Walt Whitman (1819-1892)
Walt Whitman was born in 1819 in New York, from a working-class family. At the age of eleven, he started working as an office boy and later became a journalist. Since young age, he became a strong supporter of democratic causes, a fact that can be noticed on the first edition of his lifelong poem “Leaves of Grass”, where he was photographed as a “democratic bard”. Whitman published his collection of poems nine times, and each time had a specific topic added. For example, with the third one he gained the reputation of homosexual; and in the fourth, he wrote about the Civil War and President Lincoln. During his last years, he retired in New Jersey, where admirers and disciples came to visit him. He died in 1892.
His poetry started to become popular in Europe in the 1870s and influenced future writers and artists, such as Ezra Pound, Carl Sandburg, and the Beat Generation.
Style and themes:
Whitman rejected all poetical rigidities. In fact, his poems were in free verse and the rhythm was naturally determined by the thought or emotion expressed. In addition, the language used was new at the time; it was a mix of common speech and scientific and philosophical jargon.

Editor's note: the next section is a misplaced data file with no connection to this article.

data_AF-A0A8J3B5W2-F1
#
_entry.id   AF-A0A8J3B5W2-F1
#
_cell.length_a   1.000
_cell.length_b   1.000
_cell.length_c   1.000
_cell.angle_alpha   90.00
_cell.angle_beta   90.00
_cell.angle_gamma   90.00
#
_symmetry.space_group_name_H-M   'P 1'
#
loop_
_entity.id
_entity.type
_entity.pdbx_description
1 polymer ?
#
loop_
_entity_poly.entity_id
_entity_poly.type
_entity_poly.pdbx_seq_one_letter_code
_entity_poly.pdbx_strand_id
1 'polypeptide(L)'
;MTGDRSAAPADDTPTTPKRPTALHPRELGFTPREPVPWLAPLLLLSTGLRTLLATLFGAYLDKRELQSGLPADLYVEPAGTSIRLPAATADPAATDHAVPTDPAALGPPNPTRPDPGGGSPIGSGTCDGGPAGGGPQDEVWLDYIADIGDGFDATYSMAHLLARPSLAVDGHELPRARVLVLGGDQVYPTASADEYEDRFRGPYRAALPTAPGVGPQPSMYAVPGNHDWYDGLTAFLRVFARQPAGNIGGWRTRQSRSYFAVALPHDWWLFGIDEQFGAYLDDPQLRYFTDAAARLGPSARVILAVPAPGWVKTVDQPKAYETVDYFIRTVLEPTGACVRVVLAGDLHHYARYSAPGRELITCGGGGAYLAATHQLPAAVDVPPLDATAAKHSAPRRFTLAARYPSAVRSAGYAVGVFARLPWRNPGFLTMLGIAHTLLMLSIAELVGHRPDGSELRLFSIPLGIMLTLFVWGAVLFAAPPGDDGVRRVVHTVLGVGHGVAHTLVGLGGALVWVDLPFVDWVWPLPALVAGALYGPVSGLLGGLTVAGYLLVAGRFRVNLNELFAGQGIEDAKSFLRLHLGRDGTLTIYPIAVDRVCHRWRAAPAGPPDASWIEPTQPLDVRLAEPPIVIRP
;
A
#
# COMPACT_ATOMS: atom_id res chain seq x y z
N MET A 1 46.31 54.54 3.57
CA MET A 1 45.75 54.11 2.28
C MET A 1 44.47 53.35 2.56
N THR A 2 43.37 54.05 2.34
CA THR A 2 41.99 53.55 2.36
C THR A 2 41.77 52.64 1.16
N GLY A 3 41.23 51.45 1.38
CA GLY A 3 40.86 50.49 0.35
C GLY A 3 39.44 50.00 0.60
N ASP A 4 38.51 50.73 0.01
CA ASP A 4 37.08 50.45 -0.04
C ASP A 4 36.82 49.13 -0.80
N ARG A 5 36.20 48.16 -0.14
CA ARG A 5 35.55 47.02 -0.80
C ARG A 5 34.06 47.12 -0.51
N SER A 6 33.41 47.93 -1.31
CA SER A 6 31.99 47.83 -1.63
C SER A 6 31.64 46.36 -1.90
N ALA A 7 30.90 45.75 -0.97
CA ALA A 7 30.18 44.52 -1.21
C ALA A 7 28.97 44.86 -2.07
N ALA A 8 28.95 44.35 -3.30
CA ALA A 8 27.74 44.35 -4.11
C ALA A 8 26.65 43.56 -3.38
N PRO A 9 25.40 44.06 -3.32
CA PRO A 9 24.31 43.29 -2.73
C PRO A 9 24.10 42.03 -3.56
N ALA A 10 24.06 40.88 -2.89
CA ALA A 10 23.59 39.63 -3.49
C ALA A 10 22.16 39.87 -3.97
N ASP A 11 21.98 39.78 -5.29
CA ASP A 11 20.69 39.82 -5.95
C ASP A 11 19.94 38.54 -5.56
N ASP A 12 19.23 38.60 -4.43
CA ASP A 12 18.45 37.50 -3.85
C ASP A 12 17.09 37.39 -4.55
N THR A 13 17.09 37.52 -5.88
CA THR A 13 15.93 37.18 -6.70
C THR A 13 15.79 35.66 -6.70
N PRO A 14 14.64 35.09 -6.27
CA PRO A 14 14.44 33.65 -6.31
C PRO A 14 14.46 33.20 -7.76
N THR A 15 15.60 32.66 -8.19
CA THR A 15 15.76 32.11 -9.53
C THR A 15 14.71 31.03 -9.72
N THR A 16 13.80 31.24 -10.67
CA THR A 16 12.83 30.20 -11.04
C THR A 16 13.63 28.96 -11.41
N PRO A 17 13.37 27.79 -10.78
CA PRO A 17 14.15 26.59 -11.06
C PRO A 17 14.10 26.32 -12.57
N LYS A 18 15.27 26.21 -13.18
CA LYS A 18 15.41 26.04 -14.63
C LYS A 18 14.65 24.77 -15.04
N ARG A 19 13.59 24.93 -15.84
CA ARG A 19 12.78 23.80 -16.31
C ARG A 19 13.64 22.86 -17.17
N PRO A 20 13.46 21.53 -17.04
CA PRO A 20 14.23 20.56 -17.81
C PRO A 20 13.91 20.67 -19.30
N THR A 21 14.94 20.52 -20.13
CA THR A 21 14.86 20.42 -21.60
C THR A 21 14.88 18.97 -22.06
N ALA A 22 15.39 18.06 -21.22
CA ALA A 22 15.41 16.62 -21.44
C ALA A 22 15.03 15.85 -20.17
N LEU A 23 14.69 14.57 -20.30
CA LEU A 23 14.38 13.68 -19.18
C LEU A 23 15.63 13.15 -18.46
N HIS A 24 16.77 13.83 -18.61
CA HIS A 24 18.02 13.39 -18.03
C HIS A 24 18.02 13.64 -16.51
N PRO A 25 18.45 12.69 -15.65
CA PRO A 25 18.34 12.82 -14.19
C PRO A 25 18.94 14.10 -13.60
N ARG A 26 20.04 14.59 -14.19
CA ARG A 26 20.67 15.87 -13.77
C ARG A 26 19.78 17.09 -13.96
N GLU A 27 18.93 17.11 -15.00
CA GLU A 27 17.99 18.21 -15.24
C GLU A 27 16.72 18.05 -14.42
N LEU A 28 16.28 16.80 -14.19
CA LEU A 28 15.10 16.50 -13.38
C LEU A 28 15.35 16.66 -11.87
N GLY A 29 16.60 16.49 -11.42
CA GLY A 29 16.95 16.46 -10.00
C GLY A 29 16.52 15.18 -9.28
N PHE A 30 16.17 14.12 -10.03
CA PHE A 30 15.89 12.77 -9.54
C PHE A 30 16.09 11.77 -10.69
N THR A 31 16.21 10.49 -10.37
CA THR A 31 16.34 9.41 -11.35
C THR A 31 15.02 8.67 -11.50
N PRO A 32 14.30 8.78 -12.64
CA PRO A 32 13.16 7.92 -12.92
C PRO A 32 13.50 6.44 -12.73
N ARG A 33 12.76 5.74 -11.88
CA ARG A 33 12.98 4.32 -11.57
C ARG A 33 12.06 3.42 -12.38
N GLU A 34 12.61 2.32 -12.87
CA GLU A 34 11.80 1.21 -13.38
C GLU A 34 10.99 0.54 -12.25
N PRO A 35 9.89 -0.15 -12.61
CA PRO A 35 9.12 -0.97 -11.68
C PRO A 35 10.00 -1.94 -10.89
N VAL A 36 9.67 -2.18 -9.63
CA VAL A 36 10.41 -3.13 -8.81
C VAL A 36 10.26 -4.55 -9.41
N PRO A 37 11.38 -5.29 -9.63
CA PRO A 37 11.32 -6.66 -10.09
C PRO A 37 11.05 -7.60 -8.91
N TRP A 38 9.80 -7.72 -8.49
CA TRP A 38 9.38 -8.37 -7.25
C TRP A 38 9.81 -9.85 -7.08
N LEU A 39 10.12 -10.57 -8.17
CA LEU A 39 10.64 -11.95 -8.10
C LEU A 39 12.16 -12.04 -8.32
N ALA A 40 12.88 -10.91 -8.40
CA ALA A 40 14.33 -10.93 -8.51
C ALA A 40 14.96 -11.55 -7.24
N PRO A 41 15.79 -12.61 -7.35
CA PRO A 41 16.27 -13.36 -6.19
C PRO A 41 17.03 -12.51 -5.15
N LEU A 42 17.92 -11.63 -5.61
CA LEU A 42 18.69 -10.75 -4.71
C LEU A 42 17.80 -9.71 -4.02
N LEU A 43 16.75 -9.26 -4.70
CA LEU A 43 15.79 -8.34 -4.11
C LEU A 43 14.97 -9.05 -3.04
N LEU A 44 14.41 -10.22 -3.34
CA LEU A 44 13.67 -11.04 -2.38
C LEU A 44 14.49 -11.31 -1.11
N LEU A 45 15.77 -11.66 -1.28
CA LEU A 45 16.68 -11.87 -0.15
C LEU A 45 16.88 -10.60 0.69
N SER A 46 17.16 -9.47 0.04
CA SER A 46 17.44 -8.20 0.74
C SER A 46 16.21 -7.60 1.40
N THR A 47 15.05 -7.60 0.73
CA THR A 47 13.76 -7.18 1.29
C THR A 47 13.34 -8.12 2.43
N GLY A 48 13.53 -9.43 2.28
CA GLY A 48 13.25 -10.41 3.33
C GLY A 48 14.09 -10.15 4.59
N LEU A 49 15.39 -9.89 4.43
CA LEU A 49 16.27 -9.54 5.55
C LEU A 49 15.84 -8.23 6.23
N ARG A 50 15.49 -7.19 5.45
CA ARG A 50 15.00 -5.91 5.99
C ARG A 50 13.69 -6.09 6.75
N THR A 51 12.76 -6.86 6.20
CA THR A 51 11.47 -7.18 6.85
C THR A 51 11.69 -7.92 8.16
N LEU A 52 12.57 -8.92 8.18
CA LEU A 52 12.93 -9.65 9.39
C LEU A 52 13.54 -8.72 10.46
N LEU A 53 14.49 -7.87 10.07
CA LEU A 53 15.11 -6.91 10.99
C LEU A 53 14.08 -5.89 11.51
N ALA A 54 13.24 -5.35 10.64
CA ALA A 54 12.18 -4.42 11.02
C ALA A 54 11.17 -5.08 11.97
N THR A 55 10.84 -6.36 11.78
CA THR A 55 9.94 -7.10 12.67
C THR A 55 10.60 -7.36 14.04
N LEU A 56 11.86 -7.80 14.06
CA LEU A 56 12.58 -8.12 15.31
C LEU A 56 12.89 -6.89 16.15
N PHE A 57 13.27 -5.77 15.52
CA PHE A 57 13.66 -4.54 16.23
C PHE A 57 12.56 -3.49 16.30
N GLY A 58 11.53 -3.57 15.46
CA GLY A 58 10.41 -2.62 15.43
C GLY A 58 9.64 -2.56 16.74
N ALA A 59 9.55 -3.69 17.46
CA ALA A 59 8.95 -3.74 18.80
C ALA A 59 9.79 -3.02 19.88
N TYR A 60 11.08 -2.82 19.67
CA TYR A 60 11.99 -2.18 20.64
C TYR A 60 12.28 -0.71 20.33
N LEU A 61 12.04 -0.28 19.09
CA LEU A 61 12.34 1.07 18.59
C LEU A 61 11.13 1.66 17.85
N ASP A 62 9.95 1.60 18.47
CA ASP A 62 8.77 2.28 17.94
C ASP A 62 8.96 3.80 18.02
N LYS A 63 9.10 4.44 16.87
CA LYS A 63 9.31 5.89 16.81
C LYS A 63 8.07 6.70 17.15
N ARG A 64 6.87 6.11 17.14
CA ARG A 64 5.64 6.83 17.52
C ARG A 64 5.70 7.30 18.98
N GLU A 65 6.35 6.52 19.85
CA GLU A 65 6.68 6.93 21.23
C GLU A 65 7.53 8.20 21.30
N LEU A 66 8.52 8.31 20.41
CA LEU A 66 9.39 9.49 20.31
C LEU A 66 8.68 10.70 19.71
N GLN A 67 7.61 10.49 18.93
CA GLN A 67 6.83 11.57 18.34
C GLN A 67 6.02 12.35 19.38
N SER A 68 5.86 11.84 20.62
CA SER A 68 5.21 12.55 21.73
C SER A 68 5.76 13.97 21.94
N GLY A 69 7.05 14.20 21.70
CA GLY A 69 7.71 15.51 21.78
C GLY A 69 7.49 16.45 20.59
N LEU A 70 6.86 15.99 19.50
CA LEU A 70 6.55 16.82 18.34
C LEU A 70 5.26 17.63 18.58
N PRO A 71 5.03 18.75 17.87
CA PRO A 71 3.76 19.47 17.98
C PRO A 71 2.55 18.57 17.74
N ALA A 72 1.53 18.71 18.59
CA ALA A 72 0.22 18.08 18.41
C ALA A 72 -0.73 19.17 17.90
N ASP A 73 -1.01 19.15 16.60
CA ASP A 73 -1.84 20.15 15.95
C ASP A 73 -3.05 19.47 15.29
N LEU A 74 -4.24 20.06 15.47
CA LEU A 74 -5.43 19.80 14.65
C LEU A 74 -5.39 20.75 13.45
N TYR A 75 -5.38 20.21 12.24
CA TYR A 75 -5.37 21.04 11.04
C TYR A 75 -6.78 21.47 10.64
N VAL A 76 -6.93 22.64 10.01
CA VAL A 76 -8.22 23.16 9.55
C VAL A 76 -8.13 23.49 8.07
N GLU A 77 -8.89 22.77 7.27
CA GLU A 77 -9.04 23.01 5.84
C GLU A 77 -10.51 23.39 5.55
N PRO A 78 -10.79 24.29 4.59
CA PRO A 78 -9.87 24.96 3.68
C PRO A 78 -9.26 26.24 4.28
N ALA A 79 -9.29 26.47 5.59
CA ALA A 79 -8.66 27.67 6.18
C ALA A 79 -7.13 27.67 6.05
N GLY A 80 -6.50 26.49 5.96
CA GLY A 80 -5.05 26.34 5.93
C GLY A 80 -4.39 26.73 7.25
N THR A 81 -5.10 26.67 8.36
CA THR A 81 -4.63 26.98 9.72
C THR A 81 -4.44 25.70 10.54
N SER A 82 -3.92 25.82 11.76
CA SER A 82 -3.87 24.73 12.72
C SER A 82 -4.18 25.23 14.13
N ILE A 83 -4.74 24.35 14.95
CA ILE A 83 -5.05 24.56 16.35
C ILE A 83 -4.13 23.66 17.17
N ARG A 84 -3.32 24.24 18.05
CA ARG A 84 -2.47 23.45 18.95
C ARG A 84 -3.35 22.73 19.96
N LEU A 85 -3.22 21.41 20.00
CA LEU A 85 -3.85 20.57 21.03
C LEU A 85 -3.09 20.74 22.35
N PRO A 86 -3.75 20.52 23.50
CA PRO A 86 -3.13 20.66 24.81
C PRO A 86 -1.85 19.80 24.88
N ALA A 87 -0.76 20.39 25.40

His poetry was characterized by a transcendental sense of the unity of all things. He had faith in the American future and celebrated the variety of his country. He considered the poet a prophet, whose task was to reveal the truth and to respond to the spirit of his people. In his poems, Whitman writes a lot about himself. He sees his person as contained in other men and women, and embraces mankind and brotherly love. He also deals with physical love; in fact, the theme of sex is developed with a directness and frankness that shocked his contemporaries.